100km (62 miles) SW of Palermo, 14km (8 2/3 miles) SW of Erice, 150km (93 miles) NW of Agrigento

The most westerly of Sicilian provinces, here the coast from Trapani to Marsala is lined with dazzling white salt pans -- the salt flats are a nature reserve populated by migratory birds, and the sight of the vast white stretches of rock salt against a blue skyline broken by red-and-white stone windmills is spectacular. The province covers a land of great natural beauty, while the provincial capital, Trapani, lies below Mount Erice on a promontory stretching into the sea. The historic center, on a sea-girt promontory, is an atmospheric maze of medieval streets and squares. A fishing and ferry port, Trapani is known for its fine seafood—particularly tuna—and wine from the region's vineyards. The local cuisine is influenced by the region's proximity to North Africa, and Trapani is famed for its couscous.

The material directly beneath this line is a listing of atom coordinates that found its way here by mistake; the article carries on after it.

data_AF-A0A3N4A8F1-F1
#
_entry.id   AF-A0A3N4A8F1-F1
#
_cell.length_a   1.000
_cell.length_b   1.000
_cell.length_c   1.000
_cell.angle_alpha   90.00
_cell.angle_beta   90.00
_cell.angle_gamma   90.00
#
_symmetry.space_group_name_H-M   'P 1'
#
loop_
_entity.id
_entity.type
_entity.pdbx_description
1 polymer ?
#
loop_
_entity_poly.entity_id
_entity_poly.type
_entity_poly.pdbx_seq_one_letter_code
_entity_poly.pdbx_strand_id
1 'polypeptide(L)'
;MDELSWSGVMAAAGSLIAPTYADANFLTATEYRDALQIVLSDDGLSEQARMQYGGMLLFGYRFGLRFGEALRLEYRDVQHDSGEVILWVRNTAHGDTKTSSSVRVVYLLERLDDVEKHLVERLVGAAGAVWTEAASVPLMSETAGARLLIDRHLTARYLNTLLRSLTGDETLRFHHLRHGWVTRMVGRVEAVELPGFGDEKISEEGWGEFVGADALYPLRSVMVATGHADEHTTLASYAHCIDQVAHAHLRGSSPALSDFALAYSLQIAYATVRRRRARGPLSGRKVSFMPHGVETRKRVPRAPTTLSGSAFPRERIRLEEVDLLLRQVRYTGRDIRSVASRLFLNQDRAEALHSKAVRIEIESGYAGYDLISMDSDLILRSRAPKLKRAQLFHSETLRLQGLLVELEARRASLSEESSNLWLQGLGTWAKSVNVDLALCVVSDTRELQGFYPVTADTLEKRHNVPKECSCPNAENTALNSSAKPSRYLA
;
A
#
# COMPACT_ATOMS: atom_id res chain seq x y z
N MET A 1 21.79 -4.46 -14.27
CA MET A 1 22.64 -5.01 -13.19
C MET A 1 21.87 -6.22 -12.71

The old town extends westwards out to sea, and a stroll through its narrow streets takes in old palazzi; ornate churches like the Cattedrale di San Lorenzo; the Torre della Colombaia offshore fortress; and at the tip of the headland, a former defensive outpost, the Torre del Ligny. Modern Trapani is marred by some ugly modern buildings, but merits a visit to see the Santuario dell'Annunziata and the Museo Regionale Pepoli. When you're shopping, look out for the salt and the exquisite coral jewelry made locally. The best time to visit is at Easter for Good Friday's Processione dei Misteri (Procession of the Mysteries), when 20 groups of wooden statues are carried through the streets in keeping with a centuries-old tradition.